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The hand of Irulegi, what news does Antiquity magazine bring?

  • A group of experts has published in the international scientific journal an article that explains the most “complete” research on the bronze piece exposed in the fortified people of the Iron Age of Irulegi. It incorporates news that we didn't know until now.

23 February 2024 - 10:33

When in November 2022 we realized the hand of Irulegi, Mattin Aiestaran told ARGIA that the results of the hand study were going to be published in the journal Antiquity. A little more than a year later, we have in hand the article that gives international scientific guarantee to research, and we can learn more about the excavations and more precise interpretations of inscriptions in ancient Basque.

The article is signed by the excavation director himself, Mattin Aiestaran, the professor of Philology at the University of Barcelona, Javier Velaza, and the UPV linguist and professor, Joaquín Gorrochategui, along with dozens of other researchers, including ARGIA collaborator, Josu Narbarte, who wrote a report on the site.

Two ceramics with inscriptions and a stilus

The article of Antiquity points out that in the Iron Age there are clear indications of the destruction and abandonment of the town of Irulegi in the context of the Sertorial War, as shown in the excavation carried out. However, the analysis focuses on the bronze hand. He says that he has inscriptions written in a “paleohispanic graphic subsystem,” which Velaza has called “vascón” and which for many would be the Old Basque.

But in addition to the hand, researchers have found unique structures and thousands of more pieces in excavations, which we will probably know later on. Some of these materials are related to writing, in the same place where the hand was, like two pieces of ceramic with graphed inscriptions and a stilus, a useful for writing on tablets: “Thus, the hand ensures that the Basques were able to write in their language,” explains the Society of Aranzadi Sciences.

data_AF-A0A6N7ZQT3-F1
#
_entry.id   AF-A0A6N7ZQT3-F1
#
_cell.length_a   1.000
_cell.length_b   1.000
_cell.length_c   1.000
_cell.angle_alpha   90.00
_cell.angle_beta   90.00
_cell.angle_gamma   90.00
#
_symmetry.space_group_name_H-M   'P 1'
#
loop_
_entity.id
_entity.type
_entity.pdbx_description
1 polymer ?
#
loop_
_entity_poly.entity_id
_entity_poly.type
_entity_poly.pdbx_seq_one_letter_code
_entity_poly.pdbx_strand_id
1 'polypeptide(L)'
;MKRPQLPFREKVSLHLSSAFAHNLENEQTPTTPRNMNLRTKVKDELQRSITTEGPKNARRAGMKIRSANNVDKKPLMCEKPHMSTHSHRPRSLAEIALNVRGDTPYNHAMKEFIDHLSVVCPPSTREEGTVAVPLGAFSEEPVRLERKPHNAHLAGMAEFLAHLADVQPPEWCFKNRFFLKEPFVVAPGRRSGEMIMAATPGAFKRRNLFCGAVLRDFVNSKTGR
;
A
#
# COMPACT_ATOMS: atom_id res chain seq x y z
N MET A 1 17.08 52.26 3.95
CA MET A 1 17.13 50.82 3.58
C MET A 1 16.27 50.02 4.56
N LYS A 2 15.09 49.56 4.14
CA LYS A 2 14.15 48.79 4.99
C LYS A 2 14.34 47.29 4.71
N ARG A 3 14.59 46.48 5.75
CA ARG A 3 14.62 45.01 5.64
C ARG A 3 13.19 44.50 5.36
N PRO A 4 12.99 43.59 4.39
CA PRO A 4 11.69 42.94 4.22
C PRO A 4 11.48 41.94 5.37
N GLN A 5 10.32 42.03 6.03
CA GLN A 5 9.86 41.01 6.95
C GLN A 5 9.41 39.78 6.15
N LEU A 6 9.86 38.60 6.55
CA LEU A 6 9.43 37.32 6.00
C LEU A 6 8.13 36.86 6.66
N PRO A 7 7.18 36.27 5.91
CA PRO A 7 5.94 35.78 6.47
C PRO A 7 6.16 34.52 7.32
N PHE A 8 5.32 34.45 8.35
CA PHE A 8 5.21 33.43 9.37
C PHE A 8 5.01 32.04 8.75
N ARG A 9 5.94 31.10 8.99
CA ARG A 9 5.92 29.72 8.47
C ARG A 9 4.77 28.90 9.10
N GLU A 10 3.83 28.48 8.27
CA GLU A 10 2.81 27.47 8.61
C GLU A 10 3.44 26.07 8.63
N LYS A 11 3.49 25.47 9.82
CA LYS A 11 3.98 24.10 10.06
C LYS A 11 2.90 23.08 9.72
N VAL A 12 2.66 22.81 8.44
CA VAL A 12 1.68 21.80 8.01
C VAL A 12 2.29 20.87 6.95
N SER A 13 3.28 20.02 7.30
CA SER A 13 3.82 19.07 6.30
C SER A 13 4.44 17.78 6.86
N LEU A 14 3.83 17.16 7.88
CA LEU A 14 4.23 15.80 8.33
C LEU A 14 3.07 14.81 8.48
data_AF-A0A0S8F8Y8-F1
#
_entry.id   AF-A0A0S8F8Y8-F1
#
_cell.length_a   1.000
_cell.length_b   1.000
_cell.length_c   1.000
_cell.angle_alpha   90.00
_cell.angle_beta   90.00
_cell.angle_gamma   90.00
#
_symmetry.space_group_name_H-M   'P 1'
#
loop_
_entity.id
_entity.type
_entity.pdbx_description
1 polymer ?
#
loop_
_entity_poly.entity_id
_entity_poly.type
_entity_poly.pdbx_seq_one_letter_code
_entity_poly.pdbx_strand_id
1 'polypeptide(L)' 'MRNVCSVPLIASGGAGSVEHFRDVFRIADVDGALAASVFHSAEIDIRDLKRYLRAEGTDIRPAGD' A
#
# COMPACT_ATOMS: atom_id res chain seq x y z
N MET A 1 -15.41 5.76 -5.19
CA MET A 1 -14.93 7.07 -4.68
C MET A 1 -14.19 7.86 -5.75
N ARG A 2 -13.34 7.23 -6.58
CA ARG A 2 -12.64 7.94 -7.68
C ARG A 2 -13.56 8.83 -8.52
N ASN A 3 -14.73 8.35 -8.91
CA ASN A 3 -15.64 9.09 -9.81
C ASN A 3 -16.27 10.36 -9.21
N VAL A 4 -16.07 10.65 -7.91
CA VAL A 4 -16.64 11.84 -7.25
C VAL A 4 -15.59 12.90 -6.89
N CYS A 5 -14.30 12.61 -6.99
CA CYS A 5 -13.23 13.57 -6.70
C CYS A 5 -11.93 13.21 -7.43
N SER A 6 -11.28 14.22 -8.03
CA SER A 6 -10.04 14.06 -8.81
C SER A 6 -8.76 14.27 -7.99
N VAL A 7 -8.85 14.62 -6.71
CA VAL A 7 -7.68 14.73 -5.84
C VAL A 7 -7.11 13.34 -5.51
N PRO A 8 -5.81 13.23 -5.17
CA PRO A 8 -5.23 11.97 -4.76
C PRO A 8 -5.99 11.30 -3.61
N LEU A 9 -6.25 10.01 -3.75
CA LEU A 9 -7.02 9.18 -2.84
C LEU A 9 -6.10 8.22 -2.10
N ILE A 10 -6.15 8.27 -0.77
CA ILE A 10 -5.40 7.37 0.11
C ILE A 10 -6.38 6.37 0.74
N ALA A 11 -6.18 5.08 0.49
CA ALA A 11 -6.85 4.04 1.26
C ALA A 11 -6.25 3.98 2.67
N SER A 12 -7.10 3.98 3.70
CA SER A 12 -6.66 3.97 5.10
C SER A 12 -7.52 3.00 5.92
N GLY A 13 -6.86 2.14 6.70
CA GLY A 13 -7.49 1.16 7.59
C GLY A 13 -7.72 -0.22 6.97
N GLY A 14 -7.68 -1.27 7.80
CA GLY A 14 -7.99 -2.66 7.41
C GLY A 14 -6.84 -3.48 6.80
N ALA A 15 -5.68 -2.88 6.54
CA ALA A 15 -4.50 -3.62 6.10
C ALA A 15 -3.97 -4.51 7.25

In the same house where there was a hand, they found a "stilus" to write the tablets and two pieces of ceramic with inscriptions. Photo: Aranzadi

As for transcription of inscriptions, the article introduces a new interpretation. Thus, in the inscription graphed further inside you can read without creating according to the experts, and then in the puncture it would be placed in a place of origin. In addition, the first word in the second row has been transcribed as “te” instead of “ku”.

Nuances of linguists

In early January, in the last issue of Fontes Linguae Vasconum, Irulegi's hand was deeply explored in the collection of articles edited by Gorrochategui and by the philologist at the University of Navarra Ekaitz Santazilia. It stated that it cannot be ensured that the language appearing in the inscription of the hand is a relative of the Basque Country and that this link cannot yet be established. The publication raises a subject of lively debate.

Aranzadi has laid the groundwork for investigating findings on the situation, life, language and beliefs of Vascones

The article of Antiquity also collects these nuances made by linguists, and says that the implications that the discovery of the hand can have for the epigraphical and historical understanding of the “basconic territory”, as well as the possible connections between the Basque and Iberian languages and the modern Basque language, require a “deeper analysis”.

In any case, Aranzadi has laid the groundwork for investigating the findings on settlements, ways of life, languages and Basque beliefs, and the publication of the article in Antiquity represents a “new impulse” to archaeological research and an “international echo of Irulegi”.

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